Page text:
There are three main ways to quote from Shakespeare properly. See the format below depending on how much of the play you are quoting. This is also done in proper MLA format.
Can We Help with Your Assignment?
Let us do your homework! Professional writers in all subject areas are available and will meet your assignment deadline. Free proofreading and copy-editing included.
CITATION EXAMPLE – a quotation where more than one person speaks:
…An early example of this lies in Viola/Cesario’s first meeting with Olivia. Viola is silencing Maria so that Olivia can say what she wishes about Orsino. Olivia does not want to discuss it and quickly changes the topic:
OLIVIA. Sure you have some hideous matter to deliver when the courtesy of it is so fearful. Speak your office.
VIOLA. It alone concerns your ear… My words are as full of peace as matter.
OLIVIA. Yet you began rudely. What are you? What would you?
VIOLA. The rudeness that hath appeared in me have I learned from my entertainment. (I.v.198-206)
Olivia’s choice to call Cesario’s work “hideous” and “fearful” is very forward of her
(198-99). In the Elizabethan era, a lady of her calibre would never express herself in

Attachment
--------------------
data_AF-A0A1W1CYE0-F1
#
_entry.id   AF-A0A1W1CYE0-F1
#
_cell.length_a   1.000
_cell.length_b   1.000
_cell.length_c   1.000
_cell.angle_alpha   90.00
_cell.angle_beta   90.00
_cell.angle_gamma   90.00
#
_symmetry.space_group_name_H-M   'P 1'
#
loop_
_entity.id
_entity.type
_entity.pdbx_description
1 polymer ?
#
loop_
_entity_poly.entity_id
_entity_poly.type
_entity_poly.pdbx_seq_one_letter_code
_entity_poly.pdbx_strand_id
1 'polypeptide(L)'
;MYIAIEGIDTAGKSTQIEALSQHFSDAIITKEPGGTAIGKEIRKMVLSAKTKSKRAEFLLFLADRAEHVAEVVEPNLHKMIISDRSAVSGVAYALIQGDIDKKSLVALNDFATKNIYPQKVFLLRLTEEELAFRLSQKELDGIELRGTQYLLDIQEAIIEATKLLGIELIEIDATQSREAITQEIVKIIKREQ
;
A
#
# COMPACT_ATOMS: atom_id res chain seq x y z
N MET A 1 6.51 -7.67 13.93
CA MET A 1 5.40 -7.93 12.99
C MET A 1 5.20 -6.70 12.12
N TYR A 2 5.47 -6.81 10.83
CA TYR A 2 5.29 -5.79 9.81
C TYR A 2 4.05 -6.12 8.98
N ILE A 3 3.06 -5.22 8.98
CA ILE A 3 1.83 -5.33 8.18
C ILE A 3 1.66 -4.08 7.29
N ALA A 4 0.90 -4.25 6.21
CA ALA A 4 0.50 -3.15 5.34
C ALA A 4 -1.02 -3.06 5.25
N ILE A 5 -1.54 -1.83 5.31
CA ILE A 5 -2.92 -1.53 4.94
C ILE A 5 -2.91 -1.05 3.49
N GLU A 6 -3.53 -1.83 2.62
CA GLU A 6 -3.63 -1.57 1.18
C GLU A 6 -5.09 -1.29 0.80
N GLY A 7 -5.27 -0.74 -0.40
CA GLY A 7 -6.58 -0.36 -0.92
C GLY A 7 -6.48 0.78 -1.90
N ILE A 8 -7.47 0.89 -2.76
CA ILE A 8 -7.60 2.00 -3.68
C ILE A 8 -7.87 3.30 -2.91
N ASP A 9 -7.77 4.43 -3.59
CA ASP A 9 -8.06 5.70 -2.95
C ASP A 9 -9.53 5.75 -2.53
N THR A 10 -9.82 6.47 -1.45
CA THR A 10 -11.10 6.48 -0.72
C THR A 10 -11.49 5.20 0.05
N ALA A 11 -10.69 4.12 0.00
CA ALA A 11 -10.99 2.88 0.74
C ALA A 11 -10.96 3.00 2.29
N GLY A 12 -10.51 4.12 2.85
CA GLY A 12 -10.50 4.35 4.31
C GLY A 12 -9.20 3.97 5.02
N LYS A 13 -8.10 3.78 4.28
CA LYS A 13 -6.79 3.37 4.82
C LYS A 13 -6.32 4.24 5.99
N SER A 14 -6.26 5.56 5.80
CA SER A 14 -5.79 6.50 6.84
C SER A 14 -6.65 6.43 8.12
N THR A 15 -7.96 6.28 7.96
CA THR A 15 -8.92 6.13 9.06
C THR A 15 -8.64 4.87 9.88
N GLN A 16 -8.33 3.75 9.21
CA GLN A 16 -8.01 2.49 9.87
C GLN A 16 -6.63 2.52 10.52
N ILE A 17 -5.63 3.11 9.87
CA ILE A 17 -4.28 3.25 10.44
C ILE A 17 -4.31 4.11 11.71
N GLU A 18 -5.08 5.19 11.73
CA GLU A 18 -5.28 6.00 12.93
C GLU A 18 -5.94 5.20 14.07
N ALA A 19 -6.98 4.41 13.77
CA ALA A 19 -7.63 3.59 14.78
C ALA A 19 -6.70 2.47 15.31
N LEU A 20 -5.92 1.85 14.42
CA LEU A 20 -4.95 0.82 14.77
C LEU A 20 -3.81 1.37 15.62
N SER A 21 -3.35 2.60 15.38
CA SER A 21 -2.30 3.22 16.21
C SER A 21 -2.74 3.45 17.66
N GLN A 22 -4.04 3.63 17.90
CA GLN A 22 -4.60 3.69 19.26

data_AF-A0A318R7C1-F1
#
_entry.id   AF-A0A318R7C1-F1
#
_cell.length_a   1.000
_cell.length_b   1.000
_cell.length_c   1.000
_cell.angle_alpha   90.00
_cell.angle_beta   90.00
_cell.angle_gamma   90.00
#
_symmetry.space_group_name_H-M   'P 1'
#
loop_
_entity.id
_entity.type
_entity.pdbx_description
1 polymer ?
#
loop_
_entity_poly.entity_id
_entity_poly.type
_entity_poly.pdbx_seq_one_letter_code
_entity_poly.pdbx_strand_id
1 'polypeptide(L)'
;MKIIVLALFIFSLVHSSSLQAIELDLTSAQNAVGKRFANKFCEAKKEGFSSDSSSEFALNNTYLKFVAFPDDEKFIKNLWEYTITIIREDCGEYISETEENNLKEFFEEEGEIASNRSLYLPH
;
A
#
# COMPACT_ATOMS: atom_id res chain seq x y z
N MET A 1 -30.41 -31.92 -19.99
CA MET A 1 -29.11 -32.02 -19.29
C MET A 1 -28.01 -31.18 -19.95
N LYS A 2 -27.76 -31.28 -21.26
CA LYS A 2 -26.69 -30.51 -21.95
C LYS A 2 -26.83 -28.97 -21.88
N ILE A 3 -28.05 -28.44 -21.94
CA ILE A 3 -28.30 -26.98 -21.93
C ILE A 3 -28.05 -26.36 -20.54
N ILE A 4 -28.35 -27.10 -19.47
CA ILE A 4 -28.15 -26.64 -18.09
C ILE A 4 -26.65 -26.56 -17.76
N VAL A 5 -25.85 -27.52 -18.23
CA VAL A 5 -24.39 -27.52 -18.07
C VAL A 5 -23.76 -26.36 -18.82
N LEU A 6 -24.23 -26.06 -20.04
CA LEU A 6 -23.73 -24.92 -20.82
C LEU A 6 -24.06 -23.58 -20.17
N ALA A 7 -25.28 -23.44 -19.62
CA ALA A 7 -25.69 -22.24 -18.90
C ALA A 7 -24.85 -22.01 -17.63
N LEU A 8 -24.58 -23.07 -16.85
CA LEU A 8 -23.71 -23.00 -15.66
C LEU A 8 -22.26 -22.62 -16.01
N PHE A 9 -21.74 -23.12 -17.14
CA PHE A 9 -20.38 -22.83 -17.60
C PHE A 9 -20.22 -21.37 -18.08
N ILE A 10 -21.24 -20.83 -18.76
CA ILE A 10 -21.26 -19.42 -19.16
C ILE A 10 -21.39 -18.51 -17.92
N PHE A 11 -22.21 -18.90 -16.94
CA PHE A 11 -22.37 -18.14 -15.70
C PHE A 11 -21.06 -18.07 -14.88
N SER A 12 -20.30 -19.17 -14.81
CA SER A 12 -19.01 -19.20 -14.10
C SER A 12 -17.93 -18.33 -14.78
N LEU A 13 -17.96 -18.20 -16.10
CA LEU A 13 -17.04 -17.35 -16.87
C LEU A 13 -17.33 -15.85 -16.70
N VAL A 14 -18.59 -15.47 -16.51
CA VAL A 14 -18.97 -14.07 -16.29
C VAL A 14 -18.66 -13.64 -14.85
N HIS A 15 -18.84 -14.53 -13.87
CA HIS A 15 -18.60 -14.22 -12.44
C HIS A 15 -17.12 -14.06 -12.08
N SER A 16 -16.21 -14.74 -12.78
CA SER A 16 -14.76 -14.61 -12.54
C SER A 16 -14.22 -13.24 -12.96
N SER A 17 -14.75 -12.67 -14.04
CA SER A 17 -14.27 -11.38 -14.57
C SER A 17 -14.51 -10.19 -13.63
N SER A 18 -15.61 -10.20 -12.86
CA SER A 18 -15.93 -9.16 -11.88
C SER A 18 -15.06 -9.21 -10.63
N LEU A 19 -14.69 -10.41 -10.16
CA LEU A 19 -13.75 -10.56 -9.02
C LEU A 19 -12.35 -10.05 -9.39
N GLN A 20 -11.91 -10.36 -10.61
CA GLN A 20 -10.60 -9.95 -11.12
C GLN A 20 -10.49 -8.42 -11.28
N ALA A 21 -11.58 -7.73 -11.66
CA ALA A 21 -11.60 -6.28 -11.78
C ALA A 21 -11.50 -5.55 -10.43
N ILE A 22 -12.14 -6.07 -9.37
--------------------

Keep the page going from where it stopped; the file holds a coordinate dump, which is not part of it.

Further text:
such a vulgar way. ….
CITATION EXAMPLE – a quotation where only one person speaks just one line of text:
Olivia further uses language in a masculine fashion when discussing Cesario. In one specific scene, Olivia resembles a persistent male in a modern day bar. In the scene, Olivia asks Caesario, “Tell me what thou think’st of me ” (III.i.136). This is reminiscent of the pick-up line, ‘So, baby, what do you think of me so far?’ This sort of banter continues as Olivia responds with, “I would you were as I would have you be” (141). This shockingly begs an expected…
CITATION EXAMPLE – a quotation where only one person speaks more than one line of text (use a / to separate lines of text):
Another situation occurs during one of Olivia’s asides. She has sent for Cesario to come and see her and is plotting how to win his love. She questions what to do with him: “How shall I feast him? What bestow of him? / For youth is bought more oft than begged or borrowed,” (III.iv.2-3). Olivia is suggesting that a man can buy love, perhaps with gifts and flattery, if the object of desire is young…